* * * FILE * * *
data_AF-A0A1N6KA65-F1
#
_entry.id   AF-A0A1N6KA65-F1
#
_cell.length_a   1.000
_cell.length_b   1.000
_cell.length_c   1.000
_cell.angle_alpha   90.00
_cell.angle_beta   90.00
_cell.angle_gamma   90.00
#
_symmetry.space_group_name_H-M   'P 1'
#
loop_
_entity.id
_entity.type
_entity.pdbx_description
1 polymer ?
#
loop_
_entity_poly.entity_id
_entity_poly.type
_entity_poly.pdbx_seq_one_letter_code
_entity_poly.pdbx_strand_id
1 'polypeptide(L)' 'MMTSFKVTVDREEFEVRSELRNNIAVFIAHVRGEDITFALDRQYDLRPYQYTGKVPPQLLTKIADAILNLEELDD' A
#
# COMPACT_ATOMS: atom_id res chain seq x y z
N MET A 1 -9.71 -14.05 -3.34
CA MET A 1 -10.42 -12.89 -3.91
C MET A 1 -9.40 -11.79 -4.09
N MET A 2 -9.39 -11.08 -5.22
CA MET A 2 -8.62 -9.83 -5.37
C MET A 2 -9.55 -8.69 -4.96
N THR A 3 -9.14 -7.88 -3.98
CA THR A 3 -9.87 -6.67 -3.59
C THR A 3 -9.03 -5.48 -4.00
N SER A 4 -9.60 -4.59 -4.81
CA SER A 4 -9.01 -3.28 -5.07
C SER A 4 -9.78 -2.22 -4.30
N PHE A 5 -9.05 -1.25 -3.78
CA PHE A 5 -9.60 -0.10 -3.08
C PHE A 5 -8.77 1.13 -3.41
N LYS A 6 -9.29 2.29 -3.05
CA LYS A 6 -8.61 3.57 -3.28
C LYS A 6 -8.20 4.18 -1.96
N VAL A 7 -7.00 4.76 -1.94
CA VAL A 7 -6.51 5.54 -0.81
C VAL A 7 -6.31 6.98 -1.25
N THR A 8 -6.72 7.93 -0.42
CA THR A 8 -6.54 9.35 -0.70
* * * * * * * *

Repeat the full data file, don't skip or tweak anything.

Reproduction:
data_AF-A0A1N6KA65-F1
#
_entry.id   AF-A0A1N6KA65-F1
#
_cell.length_a   1.000
_cell.length_b   1.000
_cell.length_c   1.000
_cell.angle_alpha   90.00
_cell.angle_beta   90.00
_cell.angle_gamma   90.00
#
_symmetry.space_group_name_H-M   'P 1'
#
loop_
_entity.id
_entity.type
_entity.pdbx_description
1 polymer ?
#
loop_
_entity_poly.entity_id
_entity_poly.type
_entity_poly.pdbx_seq_one_letter_code
_entity_poly.pdbx_strand_id
1 'polypeptide(L)' 'MMTSFKVTVDREEFEVRSELRNNIAVFIAHVRGEDITFALDRQYDLRPYQYTGKVPPQLLTKIADAILNLEELDD' A
#
# COMPACT_ATOMS: atom_id res chain seq x y z
N MET A 1 -9.71 -14.05 -3.34
CA MET A 1 -10.42 -12.89 -3.91
C MET A 1 -9.40 -11.79 -4.09
N MET A 2 -9.39 -11.08 -5.22
CA MET A 2 -8.62 -9.83 -5.37
C MET A 2 -9.55 -8.69 -4.96
N THR A 3 -9.14 -7.88 -3.98
CA THR A 3 -9.87 -6.67 -3.59
C THR A 3 -9.03 -5.48 -4.00
N SER A 4 -9.60 -4.59 -4.81
CA SER A 4 -9.01 -3.28 -5.07
C SER A 4 -9.78 -2.22 -4.30
N PHE A 5 -9.05 -1.25 -3.78
CA PHE A 5 -9.60 -0.10 -3.08
C PHE A 5 -8.77 1.13 -3.41
N LYS A 6 -9.29 2.29 -3.05
CA LYS A 6 -8.61 3.57 -3.28
C LYS A 6 -8.20 4.18 -1.96
N VAL A 7 -7.00 4.76 -1.94
CA VAL A 7 -6.51 5.54 -0.81
C VAL A 7 -6.31 6.98 -1.25
N THR A 8 -6.72 7.93 -0.42
CA THR A 8 -6.54 9.35 -0.70